Sunday night Perth time saw a rare astronomical event – the occultation of the planet Saturn by the Moon!
An occultation is the technical term for when an object in our solar system moves in between our line of sight and another astronomical object, either in our own solar system or another star or galaxy. It comes from the word ‘occult’ which came from the Latin word ‘Occultus’ meaning to cover over or to hide.
A total solar eclipse is a special and perhaps the most well-known form of occultation many people are familiar with as the Moon’s disk hides the light of the daytime Sun from us down on Earth.
(Definitely worth viewing full size – just click once, then once again.) 🙂The relative closeness of our Moon makes it seem massive in size compared to the much more distant ringed planet, Saturn. My camera’s unique focussing and light balancing algorithms meant considerable exposure adjustment had to be done in post processing to make Saturn seem anything but a ghostly shadow.
The more eagle-eyed viewers may be able to see a star in the constellation Ophiucus half way between the Moon’s shadow and Saturn. This shot was taken at 8:33 pm local time with an approximate zoom of 80X.
The gap between the two objects narrows as the Moon appears to ‘back up’ into Saturn as the occultation was about to begin. The local time was 9:52 pm. I added the blue circle to give a better idea of how close the Moon was to blocking out the planet. The closer Saturn got to the Moon the better my camera was able to pick up the light of the planet, requiring less post-processing to see it clearly.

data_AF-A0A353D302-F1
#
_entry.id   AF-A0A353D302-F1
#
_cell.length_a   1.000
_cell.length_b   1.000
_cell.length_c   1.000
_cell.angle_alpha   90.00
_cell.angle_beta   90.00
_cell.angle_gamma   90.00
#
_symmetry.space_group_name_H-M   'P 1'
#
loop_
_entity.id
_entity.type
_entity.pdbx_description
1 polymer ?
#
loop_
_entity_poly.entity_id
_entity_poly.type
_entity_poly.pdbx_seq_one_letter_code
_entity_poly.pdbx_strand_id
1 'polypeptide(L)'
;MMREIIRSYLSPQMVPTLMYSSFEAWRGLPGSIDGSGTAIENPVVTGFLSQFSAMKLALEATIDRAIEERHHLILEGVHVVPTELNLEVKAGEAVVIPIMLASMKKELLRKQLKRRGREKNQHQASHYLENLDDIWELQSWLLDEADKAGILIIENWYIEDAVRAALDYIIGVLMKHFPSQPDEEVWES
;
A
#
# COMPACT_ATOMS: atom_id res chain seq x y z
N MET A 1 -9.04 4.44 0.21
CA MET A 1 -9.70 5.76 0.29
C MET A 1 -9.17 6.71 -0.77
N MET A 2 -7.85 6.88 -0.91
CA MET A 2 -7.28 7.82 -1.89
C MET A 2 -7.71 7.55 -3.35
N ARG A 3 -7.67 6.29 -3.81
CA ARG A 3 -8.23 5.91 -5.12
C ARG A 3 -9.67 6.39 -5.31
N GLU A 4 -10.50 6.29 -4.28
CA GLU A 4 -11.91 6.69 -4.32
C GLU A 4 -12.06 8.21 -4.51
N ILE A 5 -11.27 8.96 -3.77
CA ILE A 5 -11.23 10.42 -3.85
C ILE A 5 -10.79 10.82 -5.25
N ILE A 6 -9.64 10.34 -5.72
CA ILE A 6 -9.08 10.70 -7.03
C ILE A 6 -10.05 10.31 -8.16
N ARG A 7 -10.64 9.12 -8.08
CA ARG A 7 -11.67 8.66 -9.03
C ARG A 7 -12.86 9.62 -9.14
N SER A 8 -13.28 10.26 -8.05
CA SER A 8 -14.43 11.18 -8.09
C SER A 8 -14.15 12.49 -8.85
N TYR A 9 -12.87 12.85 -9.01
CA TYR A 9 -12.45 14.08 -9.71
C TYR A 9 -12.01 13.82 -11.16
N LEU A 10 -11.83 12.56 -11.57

A Moon shot as it hides the planet from view taken at 10:30 pm. It takes about 70 minutes for the Moon to travel far enough for Saturn to be seen peering out from the opposite side to where it was covered up.
At 11 20 pm Saturn and it’s rings are now visible again as the giant Moon serenely slides on by.
To put things into their true perspective: The Moon has a diameter of approximately 3350 km (2100 miles) and is on average around 385,000 km (247,000 mi) away from us.
Saturn has a diameter of 116,000 km (70,000 mi) – 9 times our own earth – and is currently around 1.3 billion km (800,000 mi) away from us. The rings of Saturn extend out for 120,000 km (75,000 mi) either side of the planet and yet are less than 50 metres (165 ft) thick!
If Saturn were to replace the earth in it’s orbit the rings would not even reach the orbit of our Moon. Saturn is currently thought to have 62 of it’s own moons, only one of which, Titan, is larger than our own.